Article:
Friday, November 08, 2013

Philosophers and Adam Smith on the Division of Labour

In The Economist Blog HERE C.W.” writes (1 November): Smith's word”
General: I make my comments in a spirit of encouragement for CW’s constructive reading of Adam Smith, which broadly is commendable.  However, CW strays a trifle perhaps in some conclusions, and I think it worth suggesting some ideas for “CW” to consider.
CW: “Smith sowed the seeds of his own problems. He tended to write pithy sound bites that left his ideas open to distortion. One of his best-known quips [CW quotes here the “butcher, brewer, and baker” lines) which was part of anything but a “pithy sound bite” on Smith’s part. CW reports: “Journalists and economists frequently use this quotation. Most people think that Smith was advocating pure egoism.”
The sentence on Journalists is strictly correct but the second sentence woefully misunderstands Smith’s example. From not reading the whole paragraph in which it appears (WN I.ii.2: 25-6), such people totally misunderstand Smith’s profound thinking on self-interest (which had nothing to do with “selfishness”). I posted on this specific paragraph only last Wednesday, 31 October (see “Adam Smith on Self-Interests, Not Greed”) to which CW is referred.
CW: “In the "Theory of Moral Sentiments", his second most famous book, Smith discusses the position of philosophers in society. He argues that it would be contradictory and unjust for them just to think about their self-interest. Instead philosophers needed to cultivate a sense of public duty in order to be any good at helping to solve the world’s most pressing problems. But butchers, brewers and bakers did not need such lofty aspirations—unlike philosophers, they could probably do their job well by acting selfishly. So according to Mr Fitzgibbons, when Smith mentions "their own interest", he is arguing that “not all occupations are pursued with the same low motive in mind”. Smith certainly did not intend to suggest that self-interest was the only driving force of human behaviour.”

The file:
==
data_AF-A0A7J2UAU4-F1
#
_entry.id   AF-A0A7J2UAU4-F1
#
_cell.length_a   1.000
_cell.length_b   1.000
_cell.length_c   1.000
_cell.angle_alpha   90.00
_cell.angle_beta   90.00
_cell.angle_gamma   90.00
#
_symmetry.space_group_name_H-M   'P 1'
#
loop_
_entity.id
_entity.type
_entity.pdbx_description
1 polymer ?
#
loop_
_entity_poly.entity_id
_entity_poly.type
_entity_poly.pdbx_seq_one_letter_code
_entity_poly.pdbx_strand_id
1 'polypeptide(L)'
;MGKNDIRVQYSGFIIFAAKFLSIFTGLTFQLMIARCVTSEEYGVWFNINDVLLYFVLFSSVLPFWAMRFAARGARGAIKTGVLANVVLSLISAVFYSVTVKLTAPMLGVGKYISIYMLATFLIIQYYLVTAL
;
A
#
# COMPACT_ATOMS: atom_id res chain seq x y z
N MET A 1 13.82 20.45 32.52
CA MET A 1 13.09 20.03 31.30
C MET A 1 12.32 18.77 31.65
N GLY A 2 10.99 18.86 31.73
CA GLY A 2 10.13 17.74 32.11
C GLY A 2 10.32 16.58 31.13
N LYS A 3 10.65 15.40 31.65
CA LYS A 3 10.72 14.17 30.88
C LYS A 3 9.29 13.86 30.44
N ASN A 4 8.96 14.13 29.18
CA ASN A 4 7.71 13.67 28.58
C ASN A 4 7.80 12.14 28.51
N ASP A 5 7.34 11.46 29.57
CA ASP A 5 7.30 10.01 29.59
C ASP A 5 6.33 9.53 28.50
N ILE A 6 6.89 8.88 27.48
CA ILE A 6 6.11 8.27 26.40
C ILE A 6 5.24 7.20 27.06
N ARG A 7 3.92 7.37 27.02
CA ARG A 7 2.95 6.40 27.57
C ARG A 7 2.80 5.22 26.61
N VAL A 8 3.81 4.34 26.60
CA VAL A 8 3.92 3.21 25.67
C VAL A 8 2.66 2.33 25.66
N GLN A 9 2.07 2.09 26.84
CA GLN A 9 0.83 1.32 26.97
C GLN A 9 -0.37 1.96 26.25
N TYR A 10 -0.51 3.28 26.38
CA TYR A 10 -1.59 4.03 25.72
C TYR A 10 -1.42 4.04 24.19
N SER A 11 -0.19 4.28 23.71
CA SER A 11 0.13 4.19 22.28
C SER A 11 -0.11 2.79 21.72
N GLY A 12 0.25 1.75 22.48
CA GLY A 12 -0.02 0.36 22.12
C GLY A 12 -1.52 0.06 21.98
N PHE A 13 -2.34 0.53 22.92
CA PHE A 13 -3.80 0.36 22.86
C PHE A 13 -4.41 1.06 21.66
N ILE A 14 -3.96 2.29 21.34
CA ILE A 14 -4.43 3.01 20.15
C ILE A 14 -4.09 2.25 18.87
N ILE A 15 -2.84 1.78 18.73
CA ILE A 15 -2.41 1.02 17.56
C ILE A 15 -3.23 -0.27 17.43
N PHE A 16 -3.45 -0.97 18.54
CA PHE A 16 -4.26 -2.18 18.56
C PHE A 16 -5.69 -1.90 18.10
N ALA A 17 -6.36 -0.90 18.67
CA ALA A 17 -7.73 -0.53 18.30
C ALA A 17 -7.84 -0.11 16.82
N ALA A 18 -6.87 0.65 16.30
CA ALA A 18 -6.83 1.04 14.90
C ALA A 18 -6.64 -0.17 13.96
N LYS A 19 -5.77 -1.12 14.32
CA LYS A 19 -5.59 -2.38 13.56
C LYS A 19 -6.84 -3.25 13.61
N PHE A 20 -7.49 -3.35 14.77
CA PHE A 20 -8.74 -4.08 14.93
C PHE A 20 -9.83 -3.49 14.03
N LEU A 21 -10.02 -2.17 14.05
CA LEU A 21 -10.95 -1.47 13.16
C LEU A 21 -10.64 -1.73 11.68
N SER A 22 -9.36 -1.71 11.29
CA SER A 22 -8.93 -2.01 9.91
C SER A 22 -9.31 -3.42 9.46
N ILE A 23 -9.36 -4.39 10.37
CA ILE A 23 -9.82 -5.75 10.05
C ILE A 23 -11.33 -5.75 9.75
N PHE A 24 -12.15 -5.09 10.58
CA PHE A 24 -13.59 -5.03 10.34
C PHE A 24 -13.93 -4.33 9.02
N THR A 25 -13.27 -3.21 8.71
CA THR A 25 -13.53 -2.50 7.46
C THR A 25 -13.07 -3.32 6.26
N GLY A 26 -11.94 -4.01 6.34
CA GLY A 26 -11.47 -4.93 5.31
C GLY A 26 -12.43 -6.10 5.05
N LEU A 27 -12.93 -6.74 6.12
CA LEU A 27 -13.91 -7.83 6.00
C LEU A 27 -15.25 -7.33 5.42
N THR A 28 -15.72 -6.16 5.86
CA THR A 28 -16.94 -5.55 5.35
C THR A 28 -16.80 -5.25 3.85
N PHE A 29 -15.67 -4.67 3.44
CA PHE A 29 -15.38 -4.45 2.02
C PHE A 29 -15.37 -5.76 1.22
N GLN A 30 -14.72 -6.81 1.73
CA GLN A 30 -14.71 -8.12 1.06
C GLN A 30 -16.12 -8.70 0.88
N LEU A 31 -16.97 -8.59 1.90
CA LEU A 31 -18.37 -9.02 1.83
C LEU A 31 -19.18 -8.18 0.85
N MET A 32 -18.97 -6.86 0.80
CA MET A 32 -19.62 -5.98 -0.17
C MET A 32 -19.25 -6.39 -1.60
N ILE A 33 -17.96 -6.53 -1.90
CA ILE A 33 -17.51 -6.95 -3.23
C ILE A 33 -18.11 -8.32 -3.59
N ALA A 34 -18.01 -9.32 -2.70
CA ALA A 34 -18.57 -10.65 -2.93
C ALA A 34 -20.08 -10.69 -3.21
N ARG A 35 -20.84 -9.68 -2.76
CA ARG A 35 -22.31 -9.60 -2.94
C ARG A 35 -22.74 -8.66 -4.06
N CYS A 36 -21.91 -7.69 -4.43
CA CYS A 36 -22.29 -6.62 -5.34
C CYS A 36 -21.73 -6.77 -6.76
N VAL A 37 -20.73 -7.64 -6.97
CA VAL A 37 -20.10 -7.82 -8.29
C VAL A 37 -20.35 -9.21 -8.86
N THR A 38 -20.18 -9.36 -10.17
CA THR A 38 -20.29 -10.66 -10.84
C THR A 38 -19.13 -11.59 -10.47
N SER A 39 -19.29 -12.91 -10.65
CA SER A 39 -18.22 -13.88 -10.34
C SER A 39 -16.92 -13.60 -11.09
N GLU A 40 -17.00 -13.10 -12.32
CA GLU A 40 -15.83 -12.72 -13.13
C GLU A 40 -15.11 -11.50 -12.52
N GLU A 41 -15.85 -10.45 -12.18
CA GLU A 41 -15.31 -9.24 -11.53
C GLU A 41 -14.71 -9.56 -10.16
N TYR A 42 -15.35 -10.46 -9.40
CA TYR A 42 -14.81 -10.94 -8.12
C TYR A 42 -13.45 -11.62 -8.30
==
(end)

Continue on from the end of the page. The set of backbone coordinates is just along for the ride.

I have marked in bold where I urge CW to think again, because I suggest that CW may have been misled by Athol Fitzgibbons (Fitzgibbons, A. 1995, Adam Smith’s System of Liberty, Wealth and Virtue. Oxford: Clarendon Press).  Again, CW should consult my post of last Wednesday.
Also, I know of no desire of Adam Smith “to be any good at helping to solve the world’s most pressing problems”. Smith was not an evangelist on a mission.
Philosophers attempting to solve the “worlds most pressing problems” usually are hopeless cranks.  Smith was an educator at Glasgow University analysing the “nature and causes of the wealth of nations” and the “theory of moral sentiments”.   As a philosopher he saw his role as “observing everything” but “doing nothing”.  That role of doing something he left to others.
CW:Smith’s ideas of the division of labour were revolutionary, says Tony Aspromourgos of Sydney University. Smith opens the "Wealth of Nations", his most famous book, with a discussion of a pin factory.”